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Arumuka Navalar

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இந்தப் பக்கத்தை தமிழில் வாசிக்க: ஆறுமுக நாவலர்

Arumuka Navalar

Arumuka Navalar (December 18, 1822 - December 5, 1879) was a Tamil scholar, Saivam scholar, teacher in Tamil and English, Translator, Publisher, Commentator and Orator. He published many ancient Tamil texts including Thirukkural Parimelazhagar Urai[1] and Nannool Kandigai. Arumuka Navalar is remembered for his discourses on Saivam religion and publishing work . He is one of the primary figures in the nineteenth-century Saivam Revival Movement.

Birth and Education

Arumuka Navalar was born as the last son to Kandapillai and Sivagami on December 18, 1822, in Nallur, Jaffna Srilanka. Navalar's birth name was Arumugampillai. He started learning from the age of five. Arumuka Navalar learned Moothurai[2] and similar books on ethics also linguistic books such as Nigandu from Subramaniya Upadhiyayar at Thinnai (porch) school. He completed higher education from Saravanamuthu Pulavar and Senathirasa Mudaliyar. Arumuka Navalar showed erudition in Tamil and Sanskrit. He studied English at Wesleyan Methodist Central College, Jaffna.

Saiva Vinavidai

Work as a Teacher

Arumuka Navalar worked as a teacher for some time at Wesleyan Methodist Central College, where he studied. He taught many students on his porch. Arumuga Thambiran was his student.

Bible Translation

Arumuka Navalar was close to pastor Peter Percival and worked as an editor on the team that translated the Bible into Tamil. Arumuka Navalar worked along with Vaddukoddai Gurumadam. When the Bible translation work was going on in Jaffna, Arumuka Navalar and Peter Percival went to Chennai, to establish which translation was the best, after hearing that the Christian church in Chennai was doing the same. Mazhavai Vidwan Mahalinga Iyer acted as arbitrator and ruled that the translation of the Arumuka Navalar was the best. It is said that it was accepted as the final version.

Work on Saivam

In Sri Lanka, the American Mission established the Vaddukoddai Gurumadam and Tellippalai College and actively propagated Christianity. The elites of Jaffna were converting to Christianity for the sake of English education. Arumuka Navalar thought it would destroy Saivam and became a propagator of Saivism. He began his work on Saivam by publishing rebuttal of pamphlets from Christians denouncing Saivam. He published booklets and pamphlets. He wrote a commentary on Saivam psalms.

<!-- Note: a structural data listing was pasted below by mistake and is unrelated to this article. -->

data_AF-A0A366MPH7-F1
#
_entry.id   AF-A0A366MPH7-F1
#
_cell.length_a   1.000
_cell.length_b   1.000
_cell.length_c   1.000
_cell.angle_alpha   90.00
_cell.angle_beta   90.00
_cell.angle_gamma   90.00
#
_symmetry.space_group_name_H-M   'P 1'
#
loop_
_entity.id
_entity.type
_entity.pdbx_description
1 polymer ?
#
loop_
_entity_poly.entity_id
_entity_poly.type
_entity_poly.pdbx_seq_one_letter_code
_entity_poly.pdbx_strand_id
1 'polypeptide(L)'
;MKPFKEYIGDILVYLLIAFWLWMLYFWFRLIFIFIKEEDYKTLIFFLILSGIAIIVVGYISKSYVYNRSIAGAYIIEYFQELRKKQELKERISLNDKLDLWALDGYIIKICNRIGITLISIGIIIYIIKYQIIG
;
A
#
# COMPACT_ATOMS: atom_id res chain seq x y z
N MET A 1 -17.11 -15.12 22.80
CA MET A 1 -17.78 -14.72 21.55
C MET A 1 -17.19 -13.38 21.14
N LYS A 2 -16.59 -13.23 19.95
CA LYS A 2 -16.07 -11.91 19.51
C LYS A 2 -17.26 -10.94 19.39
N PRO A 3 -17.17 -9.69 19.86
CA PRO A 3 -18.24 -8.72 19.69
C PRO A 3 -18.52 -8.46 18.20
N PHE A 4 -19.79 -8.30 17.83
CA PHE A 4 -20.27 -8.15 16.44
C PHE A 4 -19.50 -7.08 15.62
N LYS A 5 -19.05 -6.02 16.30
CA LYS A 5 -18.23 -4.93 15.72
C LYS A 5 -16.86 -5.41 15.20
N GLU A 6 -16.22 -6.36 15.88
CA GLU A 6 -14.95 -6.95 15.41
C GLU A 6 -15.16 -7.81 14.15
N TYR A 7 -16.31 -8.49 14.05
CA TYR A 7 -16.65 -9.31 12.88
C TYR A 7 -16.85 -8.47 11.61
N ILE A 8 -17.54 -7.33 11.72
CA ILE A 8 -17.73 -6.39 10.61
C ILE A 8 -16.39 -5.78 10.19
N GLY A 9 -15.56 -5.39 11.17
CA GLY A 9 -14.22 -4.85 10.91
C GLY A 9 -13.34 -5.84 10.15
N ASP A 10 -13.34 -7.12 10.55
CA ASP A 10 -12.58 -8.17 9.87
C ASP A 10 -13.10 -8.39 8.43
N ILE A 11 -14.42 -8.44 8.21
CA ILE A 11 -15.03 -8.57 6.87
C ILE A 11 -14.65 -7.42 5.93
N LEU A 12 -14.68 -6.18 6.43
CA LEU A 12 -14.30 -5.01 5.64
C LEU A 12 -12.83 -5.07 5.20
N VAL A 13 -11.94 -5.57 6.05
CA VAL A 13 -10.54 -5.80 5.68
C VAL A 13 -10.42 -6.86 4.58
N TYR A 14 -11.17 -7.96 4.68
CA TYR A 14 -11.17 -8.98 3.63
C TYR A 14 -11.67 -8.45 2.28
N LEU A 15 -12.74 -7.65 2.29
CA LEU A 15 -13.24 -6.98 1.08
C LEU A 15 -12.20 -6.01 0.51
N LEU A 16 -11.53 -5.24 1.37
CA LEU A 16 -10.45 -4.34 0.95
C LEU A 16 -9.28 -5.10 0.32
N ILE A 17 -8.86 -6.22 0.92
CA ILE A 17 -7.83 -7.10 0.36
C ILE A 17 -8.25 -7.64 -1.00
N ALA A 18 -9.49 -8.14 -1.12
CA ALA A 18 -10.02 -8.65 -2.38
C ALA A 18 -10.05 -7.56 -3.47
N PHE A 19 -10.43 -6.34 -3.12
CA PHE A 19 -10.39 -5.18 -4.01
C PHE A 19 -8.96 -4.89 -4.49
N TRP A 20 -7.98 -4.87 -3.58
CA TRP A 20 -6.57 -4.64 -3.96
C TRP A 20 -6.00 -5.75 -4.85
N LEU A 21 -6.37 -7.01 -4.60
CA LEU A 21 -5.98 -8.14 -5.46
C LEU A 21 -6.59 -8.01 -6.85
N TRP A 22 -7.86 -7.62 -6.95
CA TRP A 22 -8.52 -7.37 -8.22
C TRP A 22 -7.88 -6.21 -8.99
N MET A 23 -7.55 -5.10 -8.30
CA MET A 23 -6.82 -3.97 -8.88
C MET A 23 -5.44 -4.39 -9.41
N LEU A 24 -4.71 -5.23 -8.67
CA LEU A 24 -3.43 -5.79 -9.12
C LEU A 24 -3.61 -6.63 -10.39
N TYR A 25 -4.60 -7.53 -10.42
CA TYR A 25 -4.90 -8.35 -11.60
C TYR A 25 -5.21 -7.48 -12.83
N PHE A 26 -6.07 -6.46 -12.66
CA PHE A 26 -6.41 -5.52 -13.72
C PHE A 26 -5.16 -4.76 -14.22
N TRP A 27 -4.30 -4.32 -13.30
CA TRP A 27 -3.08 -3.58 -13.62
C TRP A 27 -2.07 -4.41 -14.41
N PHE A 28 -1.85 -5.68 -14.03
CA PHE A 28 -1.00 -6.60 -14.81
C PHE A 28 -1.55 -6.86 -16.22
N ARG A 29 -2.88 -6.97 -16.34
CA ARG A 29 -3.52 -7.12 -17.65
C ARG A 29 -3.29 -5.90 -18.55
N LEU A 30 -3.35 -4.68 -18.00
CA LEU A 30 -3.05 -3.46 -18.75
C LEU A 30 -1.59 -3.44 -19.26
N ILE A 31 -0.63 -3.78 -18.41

Uvamana Sangiragam

Arumuka Navalar wrote small books. He continued to work to restore antiquity and tradition. Arumuka Navalar started a Saivit school called Saiva Prakasa Vidyasalai' on November 11, 1864, in Chidambaram. Arumuka Navalar attempted to rebuild the ancient Siva temple of Naguleswaram in Jaffna, which was destroyed by the Portuguese. He performed sermons on Shaivism.

Arumuka Navalar went to Chennai along with Nallur Sadasivam Pillai in Tamil month Aadi 1849 to buy a printer to print textbooks on Saivam. There he gave a lecture on Saivam at Thiruvaduthurai Adheenam and received the title 'Navalar' for his erudition, from Thiruvaduthurai Adheenam. He stayed in Chennai for a while, published Soodamani Nigandu and Saundarya Lahari and returned to Jaffna with a printing machine.

Arumuka Navalar established a printing house Vidhyanubalana Atchiyantharasalai' at his residence and published books like Baalapadam, Aathichoodi, commentary on Kondraivendhan, Sivalayatharisanavidhi, Saivasamayasaaram, Kolaimaruthal, Nanool Viruthiyurai, Thirichendinirottaka Yamagavanthathiyurai and commentary on Tirumurukatruppadai. He wrote Thiruthondar Periya Puranam in a dialogue form. Also, he published texts like Gyanakummi, Yesumathaparigaram and Vachirathandam.

Needhineri Vilakkam
Boologa Singam, History of Navalar

Arumuka Navalar returned to Chennai and published Thiruvasagam and Thirukkovaiyar in the Tamil month Vaikasi, 1859. He established Vidhyanubalana Atchiyantharasalai' in Thangasalai, Chennai and published various Saivam texts. After staying in Chennai, Thiruvaduthurai and Thirunagaikoranam and giving sermons on Saivism, he returned to Jaffna in the Tamil month Panguni, 1862.

On the Tamil month Margazhi, 18963 Arumuka Navalar came to Tamil Nadu again. He addressed in Ramanathapuram. From there, he went to Madurai and spoke at Meenakshi Amman Sannidhanam. He addressed in Kundrakudi Adheenam, Tirupperunturai, Thirupullirukkuvelur and Sirkali. Arumuka Navalar went to Chidambaram and established Chidambaram Saivaprakasa Vidhyasalai in the Tamil month of Aippasi, 1864. Returning to Chennai in the Tamil month Margazhi 1866, Arumuka Navalar became involved in preaching Shaivam and printing and publishing books.

Arumuka Navalar started a Shaivam school at Copay in 1870 and ran it at his own expense. In 1871, Shaivam students were expelled by John Kilner for wearing holy ash at the Wesleyan English School, Vannarpannai. For the benefit of the children, Arumuka Navalar established and ran a Saivam school at Vannarpannai in 1872. This school ran only for four years owing to a lack of funds.

In the Tamil month of Aippasi in 1872, Arumuka Navalar compiled the facts he had learned from his experience up to that time and named it the Yazhpana Samaya Nilai. Between 1875 and 1878, Arumuka Navalar involved in writing books such as Nanool Viruthiyurai, Naidathavurai, Thiruvilaiyadal Puranam, Nanoor Kaandigaivurai, Sivapoosa Vidhi, Moondram Anutaana Vidhi, Guru Sishya Kiramam, Poosaikku Idampannum Vidhi, Siraatha Vidhi, Tharupana Vidhi, Bosana Vidhi, Tamil Agarathi, Tamil-Samaskrutha Agarathi, Tamil-Aangila Agarathi and involved in sermons on Saivam.

Arumuka Navalar's Memorial

Arumuka Navalar's Approach to Saivism